"Tuition should remain npOeha
as low as possible without
compromising the quality of
our campus," Karnik said.
Chopp and Karnik said they are
proposing to work with administration to
keep tuition as low as possible.
The Code of Student Conduct is another
area that the party said they would like to
work on. Chopp and Karnik said they
would like to see an academic code replace
the current student code of conduct. The
new Code would be modeled after the Code
that the College of Engineering currently
"The focus of the Code should be based on
Ou S forming a community based on integrity,"
Chopp said.
"Currently, the Code is an unjust system for
the accuser and the accused," Karnik said.
Fndu t.' In the arena of politics, the Students' Party me-
r3 andMSA. bers said they would like to help increase student
l 021 x gWnt awareness about issues that affect everyone.
"If the student group feels that something is important to
them, even though we know our limits, we are excited to help
them lobby their local, state and federal governments," Chopp said.
"If a student group is concerned with it, it's a student issue and an MSA
Defend Affirmative Action Party
DAAP's executive slate stands behind a political platform that is based on grass
roots activism on campus and throughout the nation.
Lead on the party's platform is fighting to maintain the practice of Affirmative
Action at the University and at other schools nationwide.
"In California right now what we are looking at is the reversal of the attack on
Affirmative Action, which is the first place it was attacked," Curtin said.
Curtin and Dowdell are also interested in overturning decisions made in Texas
and California, states that have abolished Affirmative Action in public universi-
The duo also said they intend to abolish the Code of Student Conduct. "It func-
tions to give the administration more leverage to act selectively against students."
Curtin insisted that the only way the Code can be abolished is by building a stu-
dent movement against it at the University.
"We just have to increase the level of student organization around it," Curtin
Ceasing increases in tuition across the state also takes a priority in Curtin and
Dowdell's goals as MSA executive officer candidates.
Included in the party's platform are fighting racism and
sexism on campus, which according to the party's plat-
form involves investigating such actions.
Another plank in the duo's platform is creat-
ing an end to "police harassment of student
An overarching theme in this slate's
ft platform is an effort to build a new civil

Elias said the four points can also be called "promises."
The first includes expanding and institutional-
' izing the SCS.
The idea for the Student
Coursepack Service, which mate-
rialized earlier this semester,
originated with the
Students' Party during
the 1997 MSA Winter
elections, Elias said.
Elias added that
he led the assem-
bly to resume
the project in
the Fall of
_ 1998.
The Blue
A Party's exec-
utive plat-
form also
wants to
the Code.
"The code, is
still in flux,"
Elias said, cit-
ing the departure
of Vice President
.. for Student Affairs
ve Actlm at the Unrive c~y.: Maureen Hartford as
one of the reasons
ig1t for stems' (fghts, code negotiations have
tStatut de~t~t . lessened. Although Elias
said be believes the code
P F should not be in place, he added
that "MSA cannot compromise, it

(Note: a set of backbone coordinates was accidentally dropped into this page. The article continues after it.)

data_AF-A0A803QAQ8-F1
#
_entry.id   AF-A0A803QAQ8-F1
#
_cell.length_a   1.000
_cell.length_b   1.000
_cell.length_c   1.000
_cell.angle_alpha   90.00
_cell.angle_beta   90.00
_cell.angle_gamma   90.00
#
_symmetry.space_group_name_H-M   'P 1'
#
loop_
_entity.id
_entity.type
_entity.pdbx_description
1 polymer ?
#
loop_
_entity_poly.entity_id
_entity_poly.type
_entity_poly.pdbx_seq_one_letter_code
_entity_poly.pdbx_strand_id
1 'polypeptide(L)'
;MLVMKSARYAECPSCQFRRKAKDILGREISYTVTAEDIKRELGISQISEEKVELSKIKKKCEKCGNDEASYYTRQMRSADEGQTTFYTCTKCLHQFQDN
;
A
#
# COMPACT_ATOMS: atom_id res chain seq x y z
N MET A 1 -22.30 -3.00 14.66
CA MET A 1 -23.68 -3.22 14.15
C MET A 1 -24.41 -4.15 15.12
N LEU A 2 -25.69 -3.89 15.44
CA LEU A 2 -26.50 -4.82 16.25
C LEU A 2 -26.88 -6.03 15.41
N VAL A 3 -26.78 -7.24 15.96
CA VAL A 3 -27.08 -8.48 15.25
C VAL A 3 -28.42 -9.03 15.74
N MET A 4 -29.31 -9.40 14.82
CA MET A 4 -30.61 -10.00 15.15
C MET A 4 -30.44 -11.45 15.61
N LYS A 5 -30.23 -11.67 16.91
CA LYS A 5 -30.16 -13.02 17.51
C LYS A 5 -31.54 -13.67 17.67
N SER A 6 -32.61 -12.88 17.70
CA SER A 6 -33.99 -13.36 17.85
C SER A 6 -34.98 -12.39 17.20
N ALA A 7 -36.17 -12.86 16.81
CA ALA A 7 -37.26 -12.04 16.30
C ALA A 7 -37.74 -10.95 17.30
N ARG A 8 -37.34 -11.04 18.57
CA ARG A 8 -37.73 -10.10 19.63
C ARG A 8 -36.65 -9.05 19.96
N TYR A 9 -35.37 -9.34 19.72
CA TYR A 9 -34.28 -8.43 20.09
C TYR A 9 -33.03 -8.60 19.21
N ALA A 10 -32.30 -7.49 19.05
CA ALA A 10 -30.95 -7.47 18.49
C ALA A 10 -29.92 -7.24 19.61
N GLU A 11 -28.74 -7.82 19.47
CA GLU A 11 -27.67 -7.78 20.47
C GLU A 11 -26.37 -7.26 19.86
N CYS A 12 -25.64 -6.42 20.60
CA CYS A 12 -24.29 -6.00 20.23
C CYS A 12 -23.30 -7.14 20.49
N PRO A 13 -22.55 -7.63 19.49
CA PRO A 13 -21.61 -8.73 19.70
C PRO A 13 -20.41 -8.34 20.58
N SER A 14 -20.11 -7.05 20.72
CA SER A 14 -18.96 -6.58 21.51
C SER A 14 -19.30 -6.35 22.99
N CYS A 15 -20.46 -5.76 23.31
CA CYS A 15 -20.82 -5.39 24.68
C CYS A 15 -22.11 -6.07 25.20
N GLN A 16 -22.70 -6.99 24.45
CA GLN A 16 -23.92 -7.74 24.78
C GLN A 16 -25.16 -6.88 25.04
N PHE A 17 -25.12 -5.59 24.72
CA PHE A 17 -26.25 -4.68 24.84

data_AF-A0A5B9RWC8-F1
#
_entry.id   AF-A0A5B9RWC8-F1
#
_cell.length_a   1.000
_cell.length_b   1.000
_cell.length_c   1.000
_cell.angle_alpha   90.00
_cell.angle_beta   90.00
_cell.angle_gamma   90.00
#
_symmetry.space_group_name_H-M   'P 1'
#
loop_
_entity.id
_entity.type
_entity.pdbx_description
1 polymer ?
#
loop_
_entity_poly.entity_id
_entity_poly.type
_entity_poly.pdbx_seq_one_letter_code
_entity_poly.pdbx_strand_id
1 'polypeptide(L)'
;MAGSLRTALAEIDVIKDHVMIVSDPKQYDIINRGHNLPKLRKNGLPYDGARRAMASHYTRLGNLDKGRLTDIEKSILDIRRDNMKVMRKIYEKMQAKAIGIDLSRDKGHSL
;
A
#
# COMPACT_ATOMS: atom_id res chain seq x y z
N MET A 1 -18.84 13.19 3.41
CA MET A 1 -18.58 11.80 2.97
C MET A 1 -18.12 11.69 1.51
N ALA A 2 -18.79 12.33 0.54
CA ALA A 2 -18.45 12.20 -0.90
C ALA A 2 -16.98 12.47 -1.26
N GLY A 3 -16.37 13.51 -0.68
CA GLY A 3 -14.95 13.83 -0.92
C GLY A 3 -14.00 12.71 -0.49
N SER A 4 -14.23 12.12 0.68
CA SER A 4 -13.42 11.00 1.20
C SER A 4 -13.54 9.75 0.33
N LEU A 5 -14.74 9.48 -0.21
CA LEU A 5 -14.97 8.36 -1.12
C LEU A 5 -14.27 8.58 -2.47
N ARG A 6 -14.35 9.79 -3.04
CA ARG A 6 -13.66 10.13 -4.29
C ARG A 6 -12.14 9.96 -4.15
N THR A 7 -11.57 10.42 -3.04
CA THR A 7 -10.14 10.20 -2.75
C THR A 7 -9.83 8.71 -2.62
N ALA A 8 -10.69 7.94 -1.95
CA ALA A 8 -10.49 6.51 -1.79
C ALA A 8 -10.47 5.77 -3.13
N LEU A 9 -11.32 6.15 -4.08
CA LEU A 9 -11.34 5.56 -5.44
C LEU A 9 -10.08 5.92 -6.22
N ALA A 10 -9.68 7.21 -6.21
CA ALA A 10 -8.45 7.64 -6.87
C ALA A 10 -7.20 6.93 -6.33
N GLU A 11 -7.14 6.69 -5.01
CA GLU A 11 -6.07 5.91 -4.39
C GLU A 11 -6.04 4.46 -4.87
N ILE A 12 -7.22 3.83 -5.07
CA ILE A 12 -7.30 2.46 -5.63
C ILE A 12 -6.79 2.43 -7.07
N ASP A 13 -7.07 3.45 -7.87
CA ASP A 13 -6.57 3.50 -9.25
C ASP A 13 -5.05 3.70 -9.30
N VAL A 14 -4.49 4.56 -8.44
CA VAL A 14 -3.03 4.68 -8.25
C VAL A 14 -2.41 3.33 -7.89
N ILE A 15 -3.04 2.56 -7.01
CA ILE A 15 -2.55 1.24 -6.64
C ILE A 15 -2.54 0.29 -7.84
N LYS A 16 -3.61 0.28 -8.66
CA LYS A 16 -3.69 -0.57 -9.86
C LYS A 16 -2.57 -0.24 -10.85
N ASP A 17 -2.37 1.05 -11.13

needs tokeep trying to be proactive and
make positive changes."
Also on their agenda is creating a direct constituency. It would be a pro-
gram where "every student has a representative," Coulouris said.
ie explained that the idea for a direct constituency originated with for-
mer MSA Rep. Ryan Friedrichs.
"If they have a problem, they can contact their rep.," Coulouris said.
"It's about accountability,"
The fourth objective on the Blue Party's executive platform is electing a
student regent.
Chair of the Yes! Yes! Yes! campaign and of the Student Regent Task
Force, Elias led progressive, but ultimately unsuccessful attempts to obtain
a student regent.
Elias said the Blue party is interested in establishing a student liaison,
which headmits is not as ideal as a student regent.
"We are where we think we can get a level of student representation on
the board of regents," Elias said.
Looking back on the semester, Elias said, "the first half of this MSA term,
might have been the most successful MSA has been."
"We hit a brick wall when all of the sudden issues like Iraq came up,"
Elias said.
"It's silly for us to take a stance on issues like that, but it's disrespectful
for us not to do anything about it," Coulouris said.
When international issues are brought to MSA, Elias said, "next year, we
say the proposition is to go through the External Relations Committee."
The Blue Party duo said the ERC should assist students in lobbying
efforts in Lansing to address nation and international issues.
Coulouris said he believes the assembly's role in influencing tuition
includes being a conduit between students and Lansing ... so MSA facili-
tates their voice being heard," Coulouris said.

rights movement.
"There is a new movement in this
country," Curtin said. "It started
with Affirmative Action and it is
also a fight against bombs in Iraq
and sweatshop labor.
Curtin added that ,she
believes MSA should be in the
forefront of this movement.
Addressing controversy sur-
rounding a resolution DAAP
presented to the assembly in
January, condemning UN sanc-
tions placed on Iraq, Curtin said,
"We're very, very proud of the
Similar resolutions were passed
earlier this month at the University
of Texas at Austin and the
University of Wisconsin at
Milwaukee. "It's something that moved
across the country that we started here,"
:'Curtin said.